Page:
Amnesty International has expressed dismay over reports of attacks on Southern African journalists arguing they depict the loss of hard won press freedom fought during the colonial era.
According to a statement by the Amnesty International to mark World Press Freedom Day, the year 2016 registered attacks on journalists in African countries including Malawi.
“In Malawi Tereza Chirwa Ndanga a journalist working for private owned Television Station, Zodiak Broadcasting was harassed by security personnel at State house in October during her visit to cover President Peter Mutharika’s press conference,” reads part of the statement made available to Malawi24.
The statement further faulted Mutharika for branding Zodiak Broadcasting Station as “liars” without specifically mentioning the lies.
Amnesty International regional director for Southern Africa Deprose Muchena has since expressed worry over attacks against journalists for standing on journalistic principle of truthfulness.
“This cynical onslaught is weakening independent journalism and rolling back the hard won media freedom fought for since colonial time,” Muchena said in the statement.
Muchena has urged African leaders to reverse the trend of closing the media space on the continent.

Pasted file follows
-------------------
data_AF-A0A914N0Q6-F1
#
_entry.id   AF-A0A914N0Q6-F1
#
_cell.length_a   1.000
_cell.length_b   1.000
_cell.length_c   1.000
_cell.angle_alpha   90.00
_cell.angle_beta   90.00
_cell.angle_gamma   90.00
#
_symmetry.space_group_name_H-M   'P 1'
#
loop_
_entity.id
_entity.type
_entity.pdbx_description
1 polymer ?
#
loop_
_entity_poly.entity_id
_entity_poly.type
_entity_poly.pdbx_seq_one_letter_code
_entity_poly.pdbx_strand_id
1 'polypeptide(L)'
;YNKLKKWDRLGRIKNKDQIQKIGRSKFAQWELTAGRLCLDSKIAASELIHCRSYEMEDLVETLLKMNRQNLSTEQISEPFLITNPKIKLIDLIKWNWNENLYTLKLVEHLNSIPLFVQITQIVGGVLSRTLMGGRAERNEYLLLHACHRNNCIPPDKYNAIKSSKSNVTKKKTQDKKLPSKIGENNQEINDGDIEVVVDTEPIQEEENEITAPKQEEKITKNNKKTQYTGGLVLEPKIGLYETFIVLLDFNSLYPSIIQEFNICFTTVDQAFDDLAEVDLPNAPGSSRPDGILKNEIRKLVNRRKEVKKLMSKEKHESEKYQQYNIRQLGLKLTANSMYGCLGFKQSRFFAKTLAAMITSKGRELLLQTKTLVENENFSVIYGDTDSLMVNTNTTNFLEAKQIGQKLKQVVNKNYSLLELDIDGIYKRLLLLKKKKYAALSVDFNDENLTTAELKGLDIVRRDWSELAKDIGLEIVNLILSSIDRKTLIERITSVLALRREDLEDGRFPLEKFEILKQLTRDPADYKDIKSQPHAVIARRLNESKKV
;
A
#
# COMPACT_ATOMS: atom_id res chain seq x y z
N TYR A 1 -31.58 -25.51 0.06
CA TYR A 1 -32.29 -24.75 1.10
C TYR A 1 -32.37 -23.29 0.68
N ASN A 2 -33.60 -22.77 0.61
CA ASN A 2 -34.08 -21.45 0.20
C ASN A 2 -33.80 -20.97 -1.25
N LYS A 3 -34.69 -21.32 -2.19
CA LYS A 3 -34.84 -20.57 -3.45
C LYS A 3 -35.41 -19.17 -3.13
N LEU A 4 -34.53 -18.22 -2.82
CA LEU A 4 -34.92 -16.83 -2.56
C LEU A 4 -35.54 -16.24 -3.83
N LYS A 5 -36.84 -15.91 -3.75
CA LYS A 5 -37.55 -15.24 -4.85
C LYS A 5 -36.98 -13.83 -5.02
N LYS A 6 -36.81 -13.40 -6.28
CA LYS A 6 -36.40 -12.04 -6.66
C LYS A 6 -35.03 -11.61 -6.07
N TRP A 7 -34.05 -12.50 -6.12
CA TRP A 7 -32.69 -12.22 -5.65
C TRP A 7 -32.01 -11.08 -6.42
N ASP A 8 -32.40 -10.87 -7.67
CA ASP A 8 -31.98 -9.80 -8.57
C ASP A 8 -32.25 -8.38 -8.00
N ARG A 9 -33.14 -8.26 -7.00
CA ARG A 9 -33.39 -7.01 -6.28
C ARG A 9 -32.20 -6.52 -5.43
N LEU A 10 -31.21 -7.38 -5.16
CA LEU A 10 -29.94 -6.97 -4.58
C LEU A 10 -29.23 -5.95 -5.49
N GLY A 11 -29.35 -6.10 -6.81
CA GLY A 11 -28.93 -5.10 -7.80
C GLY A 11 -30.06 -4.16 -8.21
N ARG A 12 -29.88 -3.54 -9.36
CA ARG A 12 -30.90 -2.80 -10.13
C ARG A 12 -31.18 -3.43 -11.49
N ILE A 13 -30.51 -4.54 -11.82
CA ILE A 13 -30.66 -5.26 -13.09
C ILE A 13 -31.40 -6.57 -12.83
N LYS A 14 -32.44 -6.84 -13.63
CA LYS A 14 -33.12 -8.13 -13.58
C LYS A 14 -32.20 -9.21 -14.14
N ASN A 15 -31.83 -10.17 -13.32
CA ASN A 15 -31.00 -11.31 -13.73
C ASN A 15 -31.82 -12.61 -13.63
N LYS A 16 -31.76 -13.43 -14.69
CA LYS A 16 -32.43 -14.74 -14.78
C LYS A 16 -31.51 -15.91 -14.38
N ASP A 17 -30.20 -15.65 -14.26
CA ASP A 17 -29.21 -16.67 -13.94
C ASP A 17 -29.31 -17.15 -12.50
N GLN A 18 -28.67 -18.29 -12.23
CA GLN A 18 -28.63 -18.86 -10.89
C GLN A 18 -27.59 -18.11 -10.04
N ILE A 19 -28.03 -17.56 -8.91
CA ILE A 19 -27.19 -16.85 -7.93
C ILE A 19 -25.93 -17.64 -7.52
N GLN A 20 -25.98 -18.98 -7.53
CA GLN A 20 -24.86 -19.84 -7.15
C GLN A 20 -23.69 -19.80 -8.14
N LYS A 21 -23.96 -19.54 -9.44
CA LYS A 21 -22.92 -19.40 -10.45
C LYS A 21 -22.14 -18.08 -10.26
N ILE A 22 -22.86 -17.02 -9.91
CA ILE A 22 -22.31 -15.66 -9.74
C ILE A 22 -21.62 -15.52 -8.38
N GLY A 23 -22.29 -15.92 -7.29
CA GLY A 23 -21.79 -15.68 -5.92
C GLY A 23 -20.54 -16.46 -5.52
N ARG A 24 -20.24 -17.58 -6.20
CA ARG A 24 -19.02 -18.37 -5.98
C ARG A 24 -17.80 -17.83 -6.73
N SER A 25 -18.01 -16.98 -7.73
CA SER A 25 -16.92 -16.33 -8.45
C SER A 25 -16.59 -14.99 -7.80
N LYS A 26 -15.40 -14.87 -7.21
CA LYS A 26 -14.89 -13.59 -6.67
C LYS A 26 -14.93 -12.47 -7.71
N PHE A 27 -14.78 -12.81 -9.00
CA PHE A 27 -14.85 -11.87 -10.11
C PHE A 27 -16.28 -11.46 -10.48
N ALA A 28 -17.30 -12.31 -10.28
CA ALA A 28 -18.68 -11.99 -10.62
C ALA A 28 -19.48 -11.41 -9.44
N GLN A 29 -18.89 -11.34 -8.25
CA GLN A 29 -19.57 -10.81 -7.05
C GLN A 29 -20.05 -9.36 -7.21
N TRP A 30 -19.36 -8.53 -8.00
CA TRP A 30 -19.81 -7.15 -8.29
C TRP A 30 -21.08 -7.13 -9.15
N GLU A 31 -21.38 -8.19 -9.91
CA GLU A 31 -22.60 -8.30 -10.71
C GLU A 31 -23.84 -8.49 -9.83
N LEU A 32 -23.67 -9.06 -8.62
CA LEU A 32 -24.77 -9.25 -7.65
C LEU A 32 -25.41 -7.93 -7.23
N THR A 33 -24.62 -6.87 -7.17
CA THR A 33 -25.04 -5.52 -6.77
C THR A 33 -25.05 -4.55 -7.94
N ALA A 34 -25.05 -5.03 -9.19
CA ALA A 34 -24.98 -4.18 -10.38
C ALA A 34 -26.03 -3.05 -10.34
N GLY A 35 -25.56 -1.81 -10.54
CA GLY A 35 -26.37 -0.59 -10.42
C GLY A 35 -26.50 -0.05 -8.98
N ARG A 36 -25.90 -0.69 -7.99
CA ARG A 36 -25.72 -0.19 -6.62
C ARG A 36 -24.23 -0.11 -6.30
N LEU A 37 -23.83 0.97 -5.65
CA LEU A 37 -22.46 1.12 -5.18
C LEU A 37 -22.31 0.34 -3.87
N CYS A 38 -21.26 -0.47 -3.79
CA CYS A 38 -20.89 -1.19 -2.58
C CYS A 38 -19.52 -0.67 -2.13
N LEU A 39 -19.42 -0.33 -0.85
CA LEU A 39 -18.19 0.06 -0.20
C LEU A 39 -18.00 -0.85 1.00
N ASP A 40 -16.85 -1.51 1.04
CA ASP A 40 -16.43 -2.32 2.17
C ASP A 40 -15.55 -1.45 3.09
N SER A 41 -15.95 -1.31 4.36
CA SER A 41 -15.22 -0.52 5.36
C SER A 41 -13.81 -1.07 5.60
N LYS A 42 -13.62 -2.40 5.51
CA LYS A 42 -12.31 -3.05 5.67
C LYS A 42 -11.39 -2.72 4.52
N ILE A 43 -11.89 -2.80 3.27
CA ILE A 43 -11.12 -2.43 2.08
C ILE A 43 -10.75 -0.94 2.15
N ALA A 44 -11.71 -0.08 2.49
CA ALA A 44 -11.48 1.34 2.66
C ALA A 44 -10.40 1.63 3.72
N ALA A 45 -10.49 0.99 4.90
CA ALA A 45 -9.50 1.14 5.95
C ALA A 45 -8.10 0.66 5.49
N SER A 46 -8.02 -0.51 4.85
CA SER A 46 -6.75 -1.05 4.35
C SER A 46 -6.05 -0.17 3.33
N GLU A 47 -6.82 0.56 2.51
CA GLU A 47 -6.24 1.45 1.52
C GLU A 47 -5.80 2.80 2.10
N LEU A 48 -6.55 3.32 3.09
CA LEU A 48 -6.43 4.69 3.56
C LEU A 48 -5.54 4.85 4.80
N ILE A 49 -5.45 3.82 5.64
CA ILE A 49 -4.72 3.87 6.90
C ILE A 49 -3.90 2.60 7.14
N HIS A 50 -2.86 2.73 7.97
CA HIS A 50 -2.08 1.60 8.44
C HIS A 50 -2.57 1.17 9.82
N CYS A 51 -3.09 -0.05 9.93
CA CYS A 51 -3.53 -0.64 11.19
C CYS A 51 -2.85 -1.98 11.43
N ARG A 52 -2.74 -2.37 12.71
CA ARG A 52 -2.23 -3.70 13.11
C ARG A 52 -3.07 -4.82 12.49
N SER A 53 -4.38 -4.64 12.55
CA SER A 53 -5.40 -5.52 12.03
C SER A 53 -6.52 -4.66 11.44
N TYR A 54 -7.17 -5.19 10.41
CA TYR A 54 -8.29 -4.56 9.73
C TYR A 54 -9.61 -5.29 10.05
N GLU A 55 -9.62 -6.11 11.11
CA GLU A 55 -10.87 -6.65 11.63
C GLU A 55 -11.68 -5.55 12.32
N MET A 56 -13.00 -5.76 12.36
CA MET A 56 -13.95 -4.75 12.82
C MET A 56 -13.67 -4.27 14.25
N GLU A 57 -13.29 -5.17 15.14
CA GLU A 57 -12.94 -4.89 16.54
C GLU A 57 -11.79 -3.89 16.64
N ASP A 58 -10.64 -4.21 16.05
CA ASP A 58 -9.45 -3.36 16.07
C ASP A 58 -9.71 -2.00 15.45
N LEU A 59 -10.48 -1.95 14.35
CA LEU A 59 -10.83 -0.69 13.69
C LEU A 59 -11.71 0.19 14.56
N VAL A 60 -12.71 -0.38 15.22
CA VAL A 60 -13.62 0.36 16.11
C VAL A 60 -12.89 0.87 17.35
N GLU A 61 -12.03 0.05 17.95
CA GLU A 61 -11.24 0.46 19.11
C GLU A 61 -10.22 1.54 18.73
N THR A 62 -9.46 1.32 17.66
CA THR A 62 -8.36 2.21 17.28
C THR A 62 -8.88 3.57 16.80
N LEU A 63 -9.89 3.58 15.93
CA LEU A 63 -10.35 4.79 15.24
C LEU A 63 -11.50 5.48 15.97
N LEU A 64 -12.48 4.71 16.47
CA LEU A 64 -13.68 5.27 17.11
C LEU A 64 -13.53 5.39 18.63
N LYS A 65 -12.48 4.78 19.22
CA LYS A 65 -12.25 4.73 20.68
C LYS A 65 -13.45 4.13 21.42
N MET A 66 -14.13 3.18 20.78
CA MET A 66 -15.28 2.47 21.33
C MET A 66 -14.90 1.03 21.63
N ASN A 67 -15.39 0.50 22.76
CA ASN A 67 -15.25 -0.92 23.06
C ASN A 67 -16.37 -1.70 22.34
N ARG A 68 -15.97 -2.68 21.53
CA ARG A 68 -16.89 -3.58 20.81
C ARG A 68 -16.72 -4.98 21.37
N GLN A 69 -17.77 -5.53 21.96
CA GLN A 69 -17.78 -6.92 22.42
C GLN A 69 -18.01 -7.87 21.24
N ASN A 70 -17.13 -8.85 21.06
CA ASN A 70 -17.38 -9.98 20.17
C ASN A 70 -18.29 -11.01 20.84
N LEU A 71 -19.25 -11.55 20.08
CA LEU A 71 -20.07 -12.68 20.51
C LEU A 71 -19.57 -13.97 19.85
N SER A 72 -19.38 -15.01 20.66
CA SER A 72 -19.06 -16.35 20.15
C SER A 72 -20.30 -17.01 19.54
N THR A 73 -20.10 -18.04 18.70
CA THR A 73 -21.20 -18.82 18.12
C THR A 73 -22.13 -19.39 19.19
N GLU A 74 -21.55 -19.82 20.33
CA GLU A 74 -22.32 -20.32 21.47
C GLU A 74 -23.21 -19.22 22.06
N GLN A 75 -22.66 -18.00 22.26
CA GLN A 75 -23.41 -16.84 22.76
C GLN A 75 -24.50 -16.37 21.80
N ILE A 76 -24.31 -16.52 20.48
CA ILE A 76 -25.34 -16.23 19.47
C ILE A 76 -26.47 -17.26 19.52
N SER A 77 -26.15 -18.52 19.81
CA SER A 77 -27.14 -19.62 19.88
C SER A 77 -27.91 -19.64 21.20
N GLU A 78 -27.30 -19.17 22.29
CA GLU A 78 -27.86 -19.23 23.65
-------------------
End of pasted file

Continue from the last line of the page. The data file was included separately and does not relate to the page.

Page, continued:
Among countries that registered attacks include Lesotho where Lesotho Times editor was shot on 9th July, 2016 by unknown gunmen leading him to quit his job and flee to another country.
In Botswana, investigative journalists from INK centre were detained for visiting the construction site of President Ian Khama’s holiday house.
While in Zimbabwe, Media Institute of Southern Africa (MISA) recorded 32 cases of journalists who were assaulted from January to September last year.
Malawi has since joined other countries in the world in commemorating World Press Freedom day today.
The day, 3 May, was set aside by United General Assembly to raise awareness of the importance of freedom of the press and remind government of the duty to uphold the right to freedom of expression stipulated on article 19 of the 1948 Universal declaration.